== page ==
In the human body, biofilm colonies are the main reason that certain conditions take so long to get handled. In my opinion, if it were not for “biofilm”, conditions caused by the microorganisms – Candida albicans, Candida spp, H. pylori, Lyme bacteria (Borrelia burgdorferi) and many others, would be far easier to diagnose and/or treat. It is crucial in any treatment protocol to first handle the biofilm. By doing so, it will make a significant difference in the amount of time, money, and effort spent on treating many, so-called, stubborn conditions – like eczema.

There are an estimated 30-35,000,000 million Americans affected by eczema: 1-3% of adults and 10-20% of all children. Eczema is a general term used to describe a group of skin conditions caused by inflammation, such as atopic dermatitis or heat rash. The cause or trigger for those with the predisposition to develop eczema can be obvious or obscure. The obvious cause/trigger can be the inflammation/immune reaction created from drinking cow’s milk or eating wheat/gluten, as well as many others (soy, egg, nuts…). A more obscure cause can be when one develops biofilm from staphylococcal bacteria, which are normally found on the skin.

Herbert B. Allen, and his team, at Drexel University College of Medicine, discovered that swabs taken from those with eczema and analyzed had staphylococcal biofilm. Dr. Allen reports that “The biofilm blocks sweat ducts, which activates molecules in the immune system known to create itching and inflammation.”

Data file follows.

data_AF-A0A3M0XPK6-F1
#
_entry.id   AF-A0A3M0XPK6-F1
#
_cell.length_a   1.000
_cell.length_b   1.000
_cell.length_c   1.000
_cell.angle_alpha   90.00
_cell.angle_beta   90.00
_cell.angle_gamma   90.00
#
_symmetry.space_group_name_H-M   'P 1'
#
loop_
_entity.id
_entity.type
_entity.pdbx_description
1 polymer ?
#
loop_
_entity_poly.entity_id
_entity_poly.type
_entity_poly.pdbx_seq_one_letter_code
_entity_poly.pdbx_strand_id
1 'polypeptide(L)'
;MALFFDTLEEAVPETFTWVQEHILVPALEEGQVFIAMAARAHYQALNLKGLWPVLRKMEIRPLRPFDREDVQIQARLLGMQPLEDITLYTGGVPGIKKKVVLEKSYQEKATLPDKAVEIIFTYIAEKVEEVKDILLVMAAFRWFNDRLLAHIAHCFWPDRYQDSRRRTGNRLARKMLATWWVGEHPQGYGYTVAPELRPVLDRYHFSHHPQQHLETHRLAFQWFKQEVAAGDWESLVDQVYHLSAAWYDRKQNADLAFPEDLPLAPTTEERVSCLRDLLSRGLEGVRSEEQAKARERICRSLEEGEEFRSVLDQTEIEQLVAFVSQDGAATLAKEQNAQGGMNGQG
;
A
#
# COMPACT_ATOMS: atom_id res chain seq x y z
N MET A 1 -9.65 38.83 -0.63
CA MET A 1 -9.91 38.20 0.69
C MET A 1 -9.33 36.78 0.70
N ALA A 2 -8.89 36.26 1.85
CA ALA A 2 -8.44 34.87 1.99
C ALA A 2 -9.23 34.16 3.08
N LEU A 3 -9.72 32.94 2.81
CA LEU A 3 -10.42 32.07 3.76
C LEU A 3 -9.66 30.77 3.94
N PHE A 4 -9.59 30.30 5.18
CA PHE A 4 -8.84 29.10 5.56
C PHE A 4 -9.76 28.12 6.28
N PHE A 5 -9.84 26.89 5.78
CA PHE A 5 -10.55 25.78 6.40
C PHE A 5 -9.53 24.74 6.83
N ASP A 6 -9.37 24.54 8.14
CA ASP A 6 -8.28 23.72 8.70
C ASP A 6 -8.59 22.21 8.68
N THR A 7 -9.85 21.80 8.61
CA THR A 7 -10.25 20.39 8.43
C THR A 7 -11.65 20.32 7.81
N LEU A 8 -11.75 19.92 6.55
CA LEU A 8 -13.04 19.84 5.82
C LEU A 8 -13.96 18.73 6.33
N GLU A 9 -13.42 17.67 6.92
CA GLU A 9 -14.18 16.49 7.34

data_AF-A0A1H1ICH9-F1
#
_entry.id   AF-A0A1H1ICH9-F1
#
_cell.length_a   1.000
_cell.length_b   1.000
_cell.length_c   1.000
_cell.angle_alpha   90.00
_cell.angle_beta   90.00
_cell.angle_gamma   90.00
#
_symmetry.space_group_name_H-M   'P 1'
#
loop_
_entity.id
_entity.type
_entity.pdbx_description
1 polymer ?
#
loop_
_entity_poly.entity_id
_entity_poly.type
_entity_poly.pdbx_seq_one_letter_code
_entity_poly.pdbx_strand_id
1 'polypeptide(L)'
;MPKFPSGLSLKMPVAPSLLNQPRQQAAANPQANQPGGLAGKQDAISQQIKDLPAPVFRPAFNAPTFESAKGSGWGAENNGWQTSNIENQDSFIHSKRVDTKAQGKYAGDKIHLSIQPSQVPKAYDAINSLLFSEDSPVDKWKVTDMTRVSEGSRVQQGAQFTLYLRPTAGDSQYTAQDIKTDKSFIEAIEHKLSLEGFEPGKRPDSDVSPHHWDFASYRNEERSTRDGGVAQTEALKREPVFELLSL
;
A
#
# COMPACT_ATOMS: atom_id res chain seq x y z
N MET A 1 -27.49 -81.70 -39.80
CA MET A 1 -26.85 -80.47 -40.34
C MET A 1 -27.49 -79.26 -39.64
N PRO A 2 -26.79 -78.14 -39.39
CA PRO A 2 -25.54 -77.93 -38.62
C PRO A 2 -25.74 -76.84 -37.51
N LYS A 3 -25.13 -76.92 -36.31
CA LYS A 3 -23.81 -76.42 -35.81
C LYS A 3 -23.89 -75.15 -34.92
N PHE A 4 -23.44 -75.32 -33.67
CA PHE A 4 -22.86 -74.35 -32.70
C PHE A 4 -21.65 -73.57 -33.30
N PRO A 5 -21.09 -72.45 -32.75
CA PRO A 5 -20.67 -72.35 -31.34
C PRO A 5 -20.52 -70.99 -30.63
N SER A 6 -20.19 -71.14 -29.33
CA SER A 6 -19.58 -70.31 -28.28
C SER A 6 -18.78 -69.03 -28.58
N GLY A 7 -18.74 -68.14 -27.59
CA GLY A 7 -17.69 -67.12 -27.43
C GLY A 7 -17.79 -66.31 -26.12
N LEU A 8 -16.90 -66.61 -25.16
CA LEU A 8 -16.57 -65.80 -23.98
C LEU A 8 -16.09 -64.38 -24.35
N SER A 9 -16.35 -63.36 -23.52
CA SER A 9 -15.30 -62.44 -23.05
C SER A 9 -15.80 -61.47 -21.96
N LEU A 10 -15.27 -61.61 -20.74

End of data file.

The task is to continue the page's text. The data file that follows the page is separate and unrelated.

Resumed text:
11-22-23 Update: New Clues Into the Head-Scratching Mystery of Itch – Researchers identify common microbe as the previously unknown culprit behind the itch


  • The bacterium Staph. aureus is found on almost every patient with the chronic condition atopic dermatitis. The itch can be caused by the microbe itself.
  • The study experiments showed that S. aureus releases a chemical (protease V8) that activates a protein (PAR1) on the nerve fibers that transmit signals from the skin to the brain.
  • The bacterial enzyme protease V8 was single-handedly responsible for initiating itch in mice. Human skin samples from patients with atopic dermatitis also had more S. aureus and higher V8 levels than healthy skin samples.
  • V8 triggers itch by activating a protein called PAR1, which is found on skin neurons that originate in the spinal cord and carry various signals —touch, heat, pain, itch — from the skin to the brain. Normally, PAR1 lies dormant but upon contact with certain enzymes, including V8, it gets activated.
  • Interestingly, various immune cells implicated in skin allergies and classically known to cause itch — mast cells and basophils — did not drive itch after bacterial exposure, the experiments showed. Nor did inflammatory chemicals called interleukins, or white cells, which are activated during allergic reactions and are also known to be elevated in skin diseases and even in certain neurologic disorders.